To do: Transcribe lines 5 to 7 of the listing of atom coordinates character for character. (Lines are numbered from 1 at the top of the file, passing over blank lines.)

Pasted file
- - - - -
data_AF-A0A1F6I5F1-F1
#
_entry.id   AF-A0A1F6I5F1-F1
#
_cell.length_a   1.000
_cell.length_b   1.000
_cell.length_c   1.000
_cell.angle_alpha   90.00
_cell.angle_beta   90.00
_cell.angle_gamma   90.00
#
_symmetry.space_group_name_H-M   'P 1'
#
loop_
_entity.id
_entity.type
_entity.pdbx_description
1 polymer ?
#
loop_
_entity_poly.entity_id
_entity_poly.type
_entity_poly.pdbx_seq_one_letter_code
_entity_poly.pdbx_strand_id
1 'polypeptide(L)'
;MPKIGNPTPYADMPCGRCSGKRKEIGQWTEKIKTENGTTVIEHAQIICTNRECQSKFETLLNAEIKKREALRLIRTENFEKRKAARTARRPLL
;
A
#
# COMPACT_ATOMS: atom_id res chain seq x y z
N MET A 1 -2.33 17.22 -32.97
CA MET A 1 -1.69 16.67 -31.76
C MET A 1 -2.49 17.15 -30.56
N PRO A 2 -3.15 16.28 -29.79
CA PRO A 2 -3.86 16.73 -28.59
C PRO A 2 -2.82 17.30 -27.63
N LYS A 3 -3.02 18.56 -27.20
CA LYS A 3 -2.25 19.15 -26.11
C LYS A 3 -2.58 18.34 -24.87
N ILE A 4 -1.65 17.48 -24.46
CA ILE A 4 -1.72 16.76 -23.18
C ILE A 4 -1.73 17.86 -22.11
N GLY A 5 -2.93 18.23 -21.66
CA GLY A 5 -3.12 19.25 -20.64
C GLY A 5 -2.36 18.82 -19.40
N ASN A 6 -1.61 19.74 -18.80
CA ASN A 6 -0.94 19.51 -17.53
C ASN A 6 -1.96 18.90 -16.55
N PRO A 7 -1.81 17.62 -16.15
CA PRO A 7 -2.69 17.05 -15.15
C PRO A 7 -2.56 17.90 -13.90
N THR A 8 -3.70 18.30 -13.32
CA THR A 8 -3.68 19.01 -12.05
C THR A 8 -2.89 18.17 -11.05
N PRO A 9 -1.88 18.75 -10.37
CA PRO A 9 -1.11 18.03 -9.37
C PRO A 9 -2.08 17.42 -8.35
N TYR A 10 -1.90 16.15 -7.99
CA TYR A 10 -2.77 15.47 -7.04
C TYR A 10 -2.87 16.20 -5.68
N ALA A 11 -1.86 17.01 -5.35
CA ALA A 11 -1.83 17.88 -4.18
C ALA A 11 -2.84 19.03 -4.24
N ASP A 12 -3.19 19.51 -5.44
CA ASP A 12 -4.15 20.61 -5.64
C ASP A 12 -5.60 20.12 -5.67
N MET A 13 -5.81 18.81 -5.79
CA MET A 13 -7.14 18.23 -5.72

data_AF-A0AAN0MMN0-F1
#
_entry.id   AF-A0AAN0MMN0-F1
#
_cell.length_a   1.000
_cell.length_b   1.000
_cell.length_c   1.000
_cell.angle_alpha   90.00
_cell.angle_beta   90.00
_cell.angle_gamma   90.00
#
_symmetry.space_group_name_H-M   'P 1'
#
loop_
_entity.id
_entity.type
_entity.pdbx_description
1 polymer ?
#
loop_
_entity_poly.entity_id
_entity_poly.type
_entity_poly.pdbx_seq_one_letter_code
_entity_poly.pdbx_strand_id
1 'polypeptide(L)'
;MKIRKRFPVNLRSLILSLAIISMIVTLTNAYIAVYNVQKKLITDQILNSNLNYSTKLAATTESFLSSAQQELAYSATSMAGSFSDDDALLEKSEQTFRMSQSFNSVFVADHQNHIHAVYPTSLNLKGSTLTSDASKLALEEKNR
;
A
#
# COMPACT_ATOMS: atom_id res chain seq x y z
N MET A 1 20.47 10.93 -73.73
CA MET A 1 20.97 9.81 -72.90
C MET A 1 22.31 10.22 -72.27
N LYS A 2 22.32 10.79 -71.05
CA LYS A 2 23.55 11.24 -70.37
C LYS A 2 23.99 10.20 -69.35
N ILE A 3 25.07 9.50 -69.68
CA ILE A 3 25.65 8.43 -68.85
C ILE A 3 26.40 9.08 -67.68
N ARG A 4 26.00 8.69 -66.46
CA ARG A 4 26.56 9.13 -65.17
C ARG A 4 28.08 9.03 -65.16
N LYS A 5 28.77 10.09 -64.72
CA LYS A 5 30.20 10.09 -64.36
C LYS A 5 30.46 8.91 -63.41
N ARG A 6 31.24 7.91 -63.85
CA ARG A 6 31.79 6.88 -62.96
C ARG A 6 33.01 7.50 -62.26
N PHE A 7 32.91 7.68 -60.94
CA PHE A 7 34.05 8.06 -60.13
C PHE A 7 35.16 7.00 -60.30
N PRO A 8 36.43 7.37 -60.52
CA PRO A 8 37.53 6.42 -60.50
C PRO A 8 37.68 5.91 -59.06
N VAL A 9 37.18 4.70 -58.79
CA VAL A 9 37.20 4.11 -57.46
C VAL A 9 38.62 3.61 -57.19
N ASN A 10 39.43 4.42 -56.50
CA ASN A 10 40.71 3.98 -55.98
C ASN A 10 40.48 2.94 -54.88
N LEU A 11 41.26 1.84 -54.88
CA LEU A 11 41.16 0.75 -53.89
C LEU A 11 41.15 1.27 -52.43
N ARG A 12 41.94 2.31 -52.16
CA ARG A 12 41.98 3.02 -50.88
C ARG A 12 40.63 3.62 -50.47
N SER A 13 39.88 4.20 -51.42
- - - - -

_cell.length_a   1.000
_cell.length_b   1.000
_cell.length_c   1.000